How to Record Owner Contributions in Quickbooks

It’s not uncommon for business owners to invest their some of their own personal money in their business. Known as an owner contribution, it can help entrepreneurs get their new business up and running. Using this money, they can purchase equipment, advertising, inventory and more, all of which allows entrepreneurs to run their business. But if you’re planning to invest your own money in your business, you’ll need to record it as an owner contribution in Quickbooks.

Steps to Recording an Owner Contribution in Quickbooks

To record an owner contribution in Quickbooks, launch the Quickbooks program and click the “Banking” tab at the top of the home screen. From here, choose “Make Deposits” and then select the bank account where you’d like to deposit your personal investment. If you don’t see your preferred bank account listed, you’ll need to add it. This is done by accessing your “Chart of Accounts,” from which you can add new bank accounts.

With the bank account added, you should now be able to select it from the “Make Deposits” screen. After clicking your preferred bank account, go ahead and add a note, such as your name and “owner contribution,” in the “Detail” section. You can then enter the amount of money that you wish to invest in your business in the “Amount” field. When finished, click the “From” menu and proceed to choose your owner equity account. To finalize the process, click “Save and Close.” To record additional owner contributions, simply repeat these steps.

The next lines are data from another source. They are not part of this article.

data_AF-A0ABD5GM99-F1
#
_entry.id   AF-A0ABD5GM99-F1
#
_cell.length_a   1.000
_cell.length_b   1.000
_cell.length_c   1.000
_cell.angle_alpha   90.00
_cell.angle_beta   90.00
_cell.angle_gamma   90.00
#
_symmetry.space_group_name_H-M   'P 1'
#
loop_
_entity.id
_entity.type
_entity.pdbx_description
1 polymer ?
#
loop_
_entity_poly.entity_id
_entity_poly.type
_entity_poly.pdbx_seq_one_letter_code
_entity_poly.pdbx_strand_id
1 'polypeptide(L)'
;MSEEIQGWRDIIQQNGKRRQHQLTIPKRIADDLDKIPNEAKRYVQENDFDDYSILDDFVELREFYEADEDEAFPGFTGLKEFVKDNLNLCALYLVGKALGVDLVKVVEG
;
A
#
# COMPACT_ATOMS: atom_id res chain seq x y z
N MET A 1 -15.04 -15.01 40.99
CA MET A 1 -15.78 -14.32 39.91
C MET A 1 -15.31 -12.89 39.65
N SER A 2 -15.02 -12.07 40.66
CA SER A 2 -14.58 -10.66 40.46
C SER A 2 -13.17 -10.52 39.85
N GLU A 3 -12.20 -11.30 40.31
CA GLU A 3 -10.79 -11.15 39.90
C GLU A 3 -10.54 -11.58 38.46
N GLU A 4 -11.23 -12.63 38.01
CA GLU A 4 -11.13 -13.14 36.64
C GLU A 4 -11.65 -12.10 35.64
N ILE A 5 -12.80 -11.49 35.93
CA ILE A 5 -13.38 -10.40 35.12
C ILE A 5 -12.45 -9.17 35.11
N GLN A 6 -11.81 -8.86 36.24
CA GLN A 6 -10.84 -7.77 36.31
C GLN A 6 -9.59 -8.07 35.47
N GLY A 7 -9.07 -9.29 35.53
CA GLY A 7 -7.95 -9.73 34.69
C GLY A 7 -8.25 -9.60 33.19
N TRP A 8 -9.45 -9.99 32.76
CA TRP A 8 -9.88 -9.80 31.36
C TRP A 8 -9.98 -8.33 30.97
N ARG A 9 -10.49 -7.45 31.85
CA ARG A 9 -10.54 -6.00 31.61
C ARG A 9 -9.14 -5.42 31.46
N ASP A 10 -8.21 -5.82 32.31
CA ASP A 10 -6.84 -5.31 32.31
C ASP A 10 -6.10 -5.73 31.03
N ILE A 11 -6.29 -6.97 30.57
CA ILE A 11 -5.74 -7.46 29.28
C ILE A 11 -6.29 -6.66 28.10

Owner Contribution vs Loan: What You Should Know

Some business owners assume that an owner contribution is the same as a loan, but this isn’t necessarily true. While they both involve a business owner investing money into his or her business, they are two unique forms of owner-initiated funding. The fundamental difference between an owner contribution and a loan is that the former doesn’t require repaying, whereas the latter does require repaying. If you make an owner contribution to your business, you don’t have to repay that money back to yourself from your business.

There are also owner draws, which as the name suggests is the opposite of an owner contribution. This involves pulling money from a business’s financial account and transferring it into the business owner’s personal account. Owner draws result in less owner capital and equity.

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